My long-time editor David Gadd explores food and wine pairing in this seasonal feature for 805 Living.
Spring on the Central Coast is the time to begin enjoying garden-sourced vegetables, but some, such as artichokes, asparagus, and the brassicas (cabbage, kale, cauliflower, and their relatives) present unique challenges when it comes to finding ideal wine matches.
It seems a Ph.D. in organic chemistry is necessary to fully understand the
issue, but wine science educator Deborah Parker Wong can provide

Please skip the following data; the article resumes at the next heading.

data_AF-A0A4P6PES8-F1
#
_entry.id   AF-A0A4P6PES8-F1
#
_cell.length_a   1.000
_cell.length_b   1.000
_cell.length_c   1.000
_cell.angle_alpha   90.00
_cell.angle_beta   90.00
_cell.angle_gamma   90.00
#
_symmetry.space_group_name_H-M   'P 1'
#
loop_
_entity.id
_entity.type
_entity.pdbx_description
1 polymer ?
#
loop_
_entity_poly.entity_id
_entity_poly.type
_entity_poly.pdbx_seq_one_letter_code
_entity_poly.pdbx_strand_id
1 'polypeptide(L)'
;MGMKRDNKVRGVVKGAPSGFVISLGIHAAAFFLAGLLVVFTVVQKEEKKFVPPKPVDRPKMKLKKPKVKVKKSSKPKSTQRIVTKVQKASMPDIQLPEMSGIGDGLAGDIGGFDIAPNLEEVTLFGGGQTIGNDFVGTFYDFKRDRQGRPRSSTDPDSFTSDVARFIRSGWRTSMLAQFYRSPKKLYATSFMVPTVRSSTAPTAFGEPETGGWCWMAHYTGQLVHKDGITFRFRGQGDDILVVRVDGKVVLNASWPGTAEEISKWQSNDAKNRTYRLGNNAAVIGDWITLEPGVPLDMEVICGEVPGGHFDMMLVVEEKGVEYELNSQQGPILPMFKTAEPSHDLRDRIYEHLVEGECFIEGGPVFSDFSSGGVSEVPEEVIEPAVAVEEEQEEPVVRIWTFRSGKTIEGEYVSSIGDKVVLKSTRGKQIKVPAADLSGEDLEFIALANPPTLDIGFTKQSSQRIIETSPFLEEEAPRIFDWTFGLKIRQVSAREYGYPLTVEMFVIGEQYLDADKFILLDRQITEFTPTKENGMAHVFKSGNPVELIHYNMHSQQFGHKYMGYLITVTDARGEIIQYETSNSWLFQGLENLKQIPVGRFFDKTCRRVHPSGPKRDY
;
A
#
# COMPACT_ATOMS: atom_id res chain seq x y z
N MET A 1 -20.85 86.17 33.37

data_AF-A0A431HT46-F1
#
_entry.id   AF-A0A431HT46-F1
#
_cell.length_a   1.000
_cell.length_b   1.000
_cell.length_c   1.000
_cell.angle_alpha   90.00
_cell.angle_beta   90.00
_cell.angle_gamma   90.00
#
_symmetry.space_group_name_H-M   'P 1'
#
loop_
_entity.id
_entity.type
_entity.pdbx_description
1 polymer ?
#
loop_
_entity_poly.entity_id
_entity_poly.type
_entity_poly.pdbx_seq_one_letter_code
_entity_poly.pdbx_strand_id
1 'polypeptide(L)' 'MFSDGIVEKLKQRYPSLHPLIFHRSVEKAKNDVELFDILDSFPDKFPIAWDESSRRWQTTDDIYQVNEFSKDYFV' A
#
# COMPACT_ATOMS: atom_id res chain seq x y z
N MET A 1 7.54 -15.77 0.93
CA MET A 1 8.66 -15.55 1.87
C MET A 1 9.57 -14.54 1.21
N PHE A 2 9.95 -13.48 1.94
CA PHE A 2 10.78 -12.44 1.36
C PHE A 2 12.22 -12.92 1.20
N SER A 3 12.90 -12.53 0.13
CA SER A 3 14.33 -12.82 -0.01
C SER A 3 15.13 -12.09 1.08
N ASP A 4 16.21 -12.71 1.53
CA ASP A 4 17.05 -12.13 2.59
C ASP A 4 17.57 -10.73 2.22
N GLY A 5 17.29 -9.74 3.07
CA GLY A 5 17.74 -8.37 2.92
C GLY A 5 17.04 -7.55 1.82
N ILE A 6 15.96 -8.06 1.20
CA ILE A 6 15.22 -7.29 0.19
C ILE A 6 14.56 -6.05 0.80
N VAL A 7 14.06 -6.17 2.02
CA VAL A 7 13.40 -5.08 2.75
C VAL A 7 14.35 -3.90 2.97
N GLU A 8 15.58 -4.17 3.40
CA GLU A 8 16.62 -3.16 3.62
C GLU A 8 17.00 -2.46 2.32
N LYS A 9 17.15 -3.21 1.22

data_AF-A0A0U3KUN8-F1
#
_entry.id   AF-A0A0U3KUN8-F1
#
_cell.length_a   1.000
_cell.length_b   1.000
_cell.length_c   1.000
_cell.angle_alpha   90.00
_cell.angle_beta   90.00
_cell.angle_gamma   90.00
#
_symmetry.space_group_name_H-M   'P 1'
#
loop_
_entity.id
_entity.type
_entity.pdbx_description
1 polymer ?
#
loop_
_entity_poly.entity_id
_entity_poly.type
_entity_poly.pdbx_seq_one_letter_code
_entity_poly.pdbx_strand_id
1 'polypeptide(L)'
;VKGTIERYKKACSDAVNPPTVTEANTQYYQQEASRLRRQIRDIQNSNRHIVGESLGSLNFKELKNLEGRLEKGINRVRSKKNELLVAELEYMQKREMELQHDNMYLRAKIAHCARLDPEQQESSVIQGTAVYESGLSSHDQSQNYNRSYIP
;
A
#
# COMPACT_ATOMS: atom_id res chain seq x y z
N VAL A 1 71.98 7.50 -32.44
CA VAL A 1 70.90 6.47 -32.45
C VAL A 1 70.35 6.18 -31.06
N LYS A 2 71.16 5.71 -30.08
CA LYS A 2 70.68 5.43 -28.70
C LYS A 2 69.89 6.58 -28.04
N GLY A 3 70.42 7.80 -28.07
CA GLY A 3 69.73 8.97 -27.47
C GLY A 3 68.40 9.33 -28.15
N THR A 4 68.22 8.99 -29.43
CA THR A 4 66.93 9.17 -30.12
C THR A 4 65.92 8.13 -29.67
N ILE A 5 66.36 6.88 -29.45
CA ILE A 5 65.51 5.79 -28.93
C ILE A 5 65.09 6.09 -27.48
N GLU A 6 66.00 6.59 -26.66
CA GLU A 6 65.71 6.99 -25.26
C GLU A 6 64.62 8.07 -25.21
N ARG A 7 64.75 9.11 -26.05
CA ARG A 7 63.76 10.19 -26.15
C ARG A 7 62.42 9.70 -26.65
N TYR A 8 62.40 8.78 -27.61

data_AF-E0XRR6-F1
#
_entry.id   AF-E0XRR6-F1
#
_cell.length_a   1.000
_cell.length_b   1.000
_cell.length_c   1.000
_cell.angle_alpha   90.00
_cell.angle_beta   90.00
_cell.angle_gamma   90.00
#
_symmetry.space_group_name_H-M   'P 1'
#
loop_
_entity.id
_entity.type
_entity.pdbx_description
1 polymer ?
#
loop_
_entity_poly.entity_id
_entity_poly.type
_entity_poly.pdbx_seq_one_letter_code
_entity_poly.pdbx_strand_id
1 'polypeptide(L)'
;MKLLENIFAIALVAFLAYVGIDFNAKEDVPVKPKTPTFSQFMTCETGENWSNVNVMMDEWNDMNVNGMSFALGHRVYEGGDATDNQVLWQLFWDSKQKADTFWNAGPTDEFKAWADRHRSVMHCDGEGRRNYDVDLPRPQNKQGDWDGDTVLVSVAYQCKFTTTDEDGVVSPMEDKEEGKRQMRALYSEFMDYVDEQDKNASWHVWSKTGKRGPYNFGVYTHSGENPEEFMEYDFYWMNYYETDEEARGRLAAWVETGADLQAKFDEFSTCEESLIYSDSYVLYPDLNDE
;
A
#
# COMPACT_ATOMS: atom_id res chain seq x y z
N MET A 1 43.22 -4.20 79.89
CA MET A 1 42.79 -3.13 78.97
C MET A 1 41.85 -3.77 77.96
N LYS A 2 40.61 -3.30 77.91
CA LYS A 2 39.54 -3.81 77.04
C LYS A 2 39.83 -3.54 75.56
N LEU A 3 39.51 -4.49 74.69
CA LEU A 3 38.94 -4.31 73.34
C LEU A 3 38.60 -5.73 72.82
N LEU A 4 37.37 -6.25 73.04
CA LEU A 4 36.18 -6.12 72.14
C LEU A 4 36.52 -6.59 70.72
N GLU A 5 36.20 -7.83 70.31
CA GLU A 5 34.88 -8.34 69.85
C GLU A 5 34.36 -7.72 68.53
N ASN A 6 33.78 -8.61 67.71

some insight into what happens when certain vegetables meet the palate.
Take artichokes, for example: “A taste obliterating compound in artichokes
called cynarine blocks most of the taste receptors for acid, bitterness,
and salt, making anything you eat or drink taste vaguely sweet.”
Parker Wong suggests light-bodied red wines to counter that effect. On the other hand, she says, “When pairing wine with brassicas or asparagus, combat their notably high levels of organosulfur compounds and methoxypyrazines with dry, aromatic white wines. Steer clear of wines with overt greenness or pungency, which will only amplify green flavors, and opt for tropical, fruit driven, or perfumed white varietals to
help mask those sulfurous aromas.”
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